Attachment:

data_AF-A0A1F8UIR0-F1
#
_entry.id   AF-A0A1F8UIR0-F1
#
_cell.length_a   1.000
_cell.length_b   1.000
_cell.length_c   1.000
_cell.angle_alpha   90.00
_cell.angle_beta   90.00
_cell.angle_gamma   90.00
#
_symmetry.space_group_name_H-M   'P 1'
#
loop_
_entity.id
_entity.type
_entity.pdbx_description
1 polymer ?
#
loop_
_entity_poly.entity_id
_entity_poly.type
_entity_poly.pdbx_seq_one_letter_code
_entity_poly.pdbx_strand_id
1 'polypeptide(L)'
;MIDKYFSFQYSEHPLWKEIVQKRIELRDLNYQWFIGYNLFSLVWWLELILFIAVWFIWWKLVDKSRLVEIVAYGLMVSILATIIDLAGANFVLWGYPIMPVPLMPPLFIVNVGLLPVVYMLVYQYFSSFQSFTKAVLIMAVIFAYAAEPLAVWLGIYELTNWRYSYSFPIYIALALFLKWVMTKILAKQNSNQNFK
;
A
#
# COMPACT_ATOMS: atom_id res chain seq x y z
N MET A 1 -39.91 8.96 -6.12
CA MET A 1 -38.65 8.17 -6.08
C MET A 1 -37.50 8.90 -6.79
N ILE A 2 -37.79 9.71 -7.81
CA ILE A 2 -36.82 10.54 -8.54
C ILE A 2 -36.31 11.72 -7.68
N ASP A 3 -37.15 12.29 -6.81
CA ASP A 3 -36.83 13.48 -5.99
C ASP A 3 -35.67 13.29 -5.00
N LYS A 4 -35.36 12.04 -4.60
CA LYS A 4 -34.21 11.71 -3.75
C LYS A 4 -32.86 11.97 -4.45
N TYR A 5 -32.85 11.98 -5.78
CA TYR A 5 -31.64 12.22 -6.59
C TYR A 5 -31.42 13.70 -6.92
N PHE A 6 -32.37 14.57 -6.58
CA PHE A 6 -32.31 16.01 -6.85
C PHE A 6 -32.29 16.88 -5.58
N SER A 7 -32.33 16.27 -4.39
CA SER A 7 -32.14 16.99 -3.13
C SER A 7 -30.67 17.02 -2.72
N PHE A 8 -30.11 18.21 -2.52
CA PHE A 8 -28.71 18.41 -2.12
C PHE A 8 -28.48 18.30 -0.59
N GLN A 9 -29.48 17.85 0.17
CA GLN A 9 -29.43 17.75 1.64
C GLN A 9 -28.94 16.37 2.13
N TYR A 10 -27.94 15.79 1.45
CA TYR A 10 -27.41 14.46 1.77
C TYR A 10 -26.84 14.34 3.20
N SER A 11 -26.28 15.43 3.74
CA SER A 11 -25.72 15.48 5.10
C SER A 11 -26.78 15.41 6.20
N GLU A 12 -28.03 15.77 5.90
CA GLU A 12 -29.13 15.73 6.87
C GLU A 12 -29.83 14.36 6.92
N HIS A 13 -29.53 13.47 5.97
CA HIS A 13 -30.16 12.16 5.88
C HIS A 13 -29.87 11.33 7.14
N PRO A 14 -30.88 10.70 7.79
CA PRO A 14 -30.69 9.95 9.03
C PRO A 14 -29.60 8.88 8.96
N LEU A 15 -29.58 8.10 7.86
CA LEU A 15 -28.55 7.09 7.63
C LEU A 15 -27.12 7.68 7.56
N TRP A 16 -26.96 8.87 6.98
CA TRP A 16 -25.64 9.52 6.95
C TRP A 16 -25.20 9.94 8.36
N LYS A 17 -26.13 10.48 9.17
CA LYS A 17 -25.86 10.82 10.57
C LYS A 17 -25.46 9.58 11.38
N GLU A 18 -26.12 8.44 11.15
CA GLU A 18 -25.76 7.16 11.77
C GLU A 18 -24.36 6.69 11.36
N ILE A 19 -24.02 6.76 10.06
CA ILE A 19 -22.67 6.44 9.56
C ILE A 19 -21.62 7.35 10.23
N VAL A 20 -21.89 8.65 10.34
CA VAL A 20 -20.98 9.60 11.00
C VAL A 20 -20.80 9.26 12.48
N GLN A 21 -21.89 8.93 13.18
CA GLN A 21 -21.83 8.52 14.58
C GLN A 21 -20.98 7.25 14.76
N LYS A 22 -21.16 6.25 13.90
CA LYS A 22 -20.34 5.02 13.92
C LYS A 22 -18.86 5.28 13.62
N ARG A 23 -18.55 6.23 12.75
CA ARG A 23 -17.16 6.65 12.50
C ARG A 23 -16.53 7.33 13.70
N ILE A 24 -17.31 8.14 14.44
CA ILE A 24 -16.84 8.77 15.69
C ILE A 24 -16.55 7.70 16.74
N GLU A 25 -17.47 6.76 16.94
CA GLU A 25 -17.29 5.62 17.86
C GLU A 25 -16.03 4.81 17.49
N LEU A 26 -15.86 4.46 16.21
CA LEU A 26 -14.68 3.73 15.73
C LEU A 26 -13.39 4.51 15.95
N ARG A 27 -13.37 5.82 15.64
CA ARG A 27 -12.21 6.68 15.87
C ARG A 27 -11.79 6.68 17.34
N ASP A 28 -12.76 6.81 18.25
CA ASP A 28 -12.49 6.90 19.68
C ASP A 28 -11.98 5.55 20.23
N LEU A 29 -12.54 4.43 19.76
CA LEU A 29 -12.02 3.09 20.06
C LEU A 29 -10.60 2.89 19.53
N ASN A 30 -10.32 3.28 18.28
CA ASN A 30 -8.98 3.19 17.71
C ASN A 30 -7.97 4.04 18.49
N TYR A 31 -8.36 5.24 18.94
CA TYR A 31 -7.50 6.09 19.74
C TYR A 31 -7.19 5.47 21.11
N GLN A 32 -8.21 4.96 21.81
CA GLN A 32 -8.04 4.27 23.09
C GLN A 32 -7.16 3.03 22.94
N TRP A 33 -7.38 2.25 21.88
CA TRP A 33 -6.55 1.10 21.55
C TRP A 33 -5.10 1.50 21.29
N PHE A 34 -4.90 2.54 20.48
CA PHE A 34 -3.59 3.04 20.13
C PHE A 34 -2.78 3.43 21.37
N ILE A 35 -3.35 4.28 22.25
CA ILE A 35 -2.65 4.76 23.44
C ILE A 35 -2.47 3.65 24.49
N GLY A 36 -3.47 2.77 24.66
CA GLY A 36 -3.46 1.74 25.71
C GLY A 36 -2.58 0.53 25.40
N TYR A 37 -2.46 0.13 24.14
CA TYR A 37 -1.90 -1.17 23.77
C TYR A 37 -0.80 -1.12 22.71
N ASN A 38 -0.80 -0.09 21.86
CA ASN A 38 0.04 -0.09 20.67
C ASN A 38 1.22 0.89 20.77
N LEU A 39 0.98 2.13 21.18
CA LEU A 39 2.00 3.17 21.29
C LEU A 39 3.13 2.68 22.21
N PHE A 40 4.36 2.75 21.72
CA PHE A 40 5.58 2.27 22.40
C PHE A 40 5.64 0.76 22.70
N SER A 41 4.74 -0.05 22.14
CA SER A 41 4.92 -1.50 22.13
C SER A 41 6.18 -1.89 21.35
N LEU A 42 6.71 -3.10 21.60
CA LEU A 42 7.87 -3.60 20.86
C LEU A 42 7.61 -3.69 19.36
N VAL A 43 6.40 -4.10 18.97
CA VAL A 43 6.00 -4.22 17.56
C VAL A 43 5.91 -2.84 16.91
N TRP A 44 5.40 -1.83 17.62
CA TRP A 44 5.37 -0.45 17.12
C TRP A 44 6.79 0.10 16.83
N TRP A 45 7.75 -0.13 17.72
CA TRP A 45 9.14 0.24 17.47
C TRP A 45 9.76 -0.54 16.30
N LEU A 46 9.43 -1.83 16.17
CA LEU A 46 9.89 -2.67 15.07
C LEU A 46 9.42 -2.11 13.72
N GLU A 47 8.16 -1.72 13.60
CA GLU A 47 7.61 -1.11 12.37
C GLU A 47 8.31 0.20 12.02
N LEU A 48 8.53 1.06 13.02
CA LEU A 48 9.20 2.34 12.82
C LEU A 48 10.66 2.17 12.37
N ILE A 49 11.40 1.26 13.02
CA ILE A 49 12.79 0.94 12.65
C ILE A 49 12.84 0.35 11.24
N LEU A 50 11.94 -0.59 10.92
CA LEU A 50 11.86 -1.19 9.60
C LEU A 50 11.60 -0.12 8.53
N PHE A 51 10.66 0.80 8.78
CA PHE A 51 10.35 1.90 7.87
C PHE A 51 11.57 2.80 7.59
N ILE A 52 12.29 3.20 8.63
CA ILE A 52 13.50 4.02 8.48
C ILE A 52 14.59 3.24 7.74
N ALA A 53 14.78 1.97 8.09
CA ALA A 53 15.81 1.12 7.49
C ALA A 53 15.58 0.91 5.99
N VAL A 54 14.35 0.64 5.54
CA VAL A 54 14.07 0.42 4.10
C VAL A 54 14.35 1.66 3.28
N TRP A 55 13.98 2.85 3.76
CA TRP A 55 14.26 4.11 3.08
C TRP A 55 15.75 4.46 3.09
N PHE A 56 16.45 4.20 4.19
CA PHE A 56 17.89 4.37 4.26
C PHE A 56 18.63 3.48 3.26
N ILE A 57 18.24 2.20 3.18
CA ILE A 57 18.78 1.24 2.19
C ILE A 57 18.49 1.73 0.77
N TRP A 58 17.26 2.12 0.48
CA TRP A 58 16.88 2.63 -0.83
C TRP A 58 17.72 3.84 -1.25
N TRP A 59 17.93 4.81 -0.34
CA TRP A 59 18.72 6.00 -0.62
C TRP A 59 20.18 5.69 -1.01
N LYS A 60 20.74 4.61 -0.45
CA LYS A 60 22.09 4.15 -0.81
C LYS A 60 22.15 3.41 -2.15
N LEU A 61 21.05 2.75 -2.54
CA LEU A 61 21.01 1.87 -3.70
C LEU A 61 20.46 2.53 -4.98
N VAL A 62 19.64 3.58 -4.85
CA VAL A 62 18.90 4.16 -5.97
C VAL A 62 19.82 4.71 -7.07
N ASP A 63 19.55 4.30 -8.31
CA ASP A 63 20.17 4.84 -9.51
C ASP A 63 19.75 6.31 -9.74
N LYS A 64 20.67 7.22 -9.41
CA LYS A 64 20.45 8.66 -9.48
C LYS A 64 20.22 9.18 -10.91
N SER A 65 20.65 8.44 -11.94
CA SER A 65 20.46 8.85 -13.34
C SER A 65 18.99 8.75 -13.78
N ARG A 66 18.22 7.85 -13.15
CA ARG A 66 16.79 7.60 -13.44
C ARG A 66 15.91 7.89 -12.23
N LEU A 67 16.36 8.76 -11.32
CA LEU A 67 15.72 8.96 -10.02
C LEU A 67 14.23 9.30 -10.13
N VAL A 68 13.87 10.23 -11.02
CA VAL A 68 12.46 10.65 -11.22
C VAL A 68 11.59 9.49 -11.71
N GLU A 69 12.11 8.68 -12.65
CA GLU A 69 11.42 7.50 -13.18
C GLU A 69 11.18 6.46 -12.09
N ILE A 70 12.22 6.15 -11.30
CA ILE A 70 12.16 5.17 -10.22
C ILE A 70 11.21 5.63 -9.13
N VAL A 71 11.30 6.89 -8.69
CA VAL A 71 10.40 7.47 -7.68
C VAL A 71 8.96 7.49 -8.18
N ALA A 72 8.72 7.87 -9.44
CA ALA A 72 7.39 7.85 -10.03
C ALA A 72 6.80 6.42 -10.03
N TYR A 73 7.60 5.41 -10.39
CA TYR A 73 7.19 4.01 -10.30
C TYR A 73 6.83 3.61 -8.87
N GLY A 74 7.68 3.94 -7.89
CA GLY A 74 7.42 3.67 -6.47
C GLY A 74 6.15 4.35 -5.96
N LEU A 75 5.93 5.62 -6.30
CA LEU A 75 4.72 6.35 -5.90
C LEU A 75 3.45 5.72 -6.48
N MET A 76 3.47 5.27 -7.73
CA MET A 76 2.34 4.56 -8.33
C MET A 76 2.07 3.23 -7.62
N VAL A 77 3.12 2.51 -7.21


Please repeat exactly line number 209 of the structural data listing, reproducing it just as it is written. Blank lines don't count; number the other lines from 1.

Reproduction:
CA LYS A 60 22.09 4.15 -0.81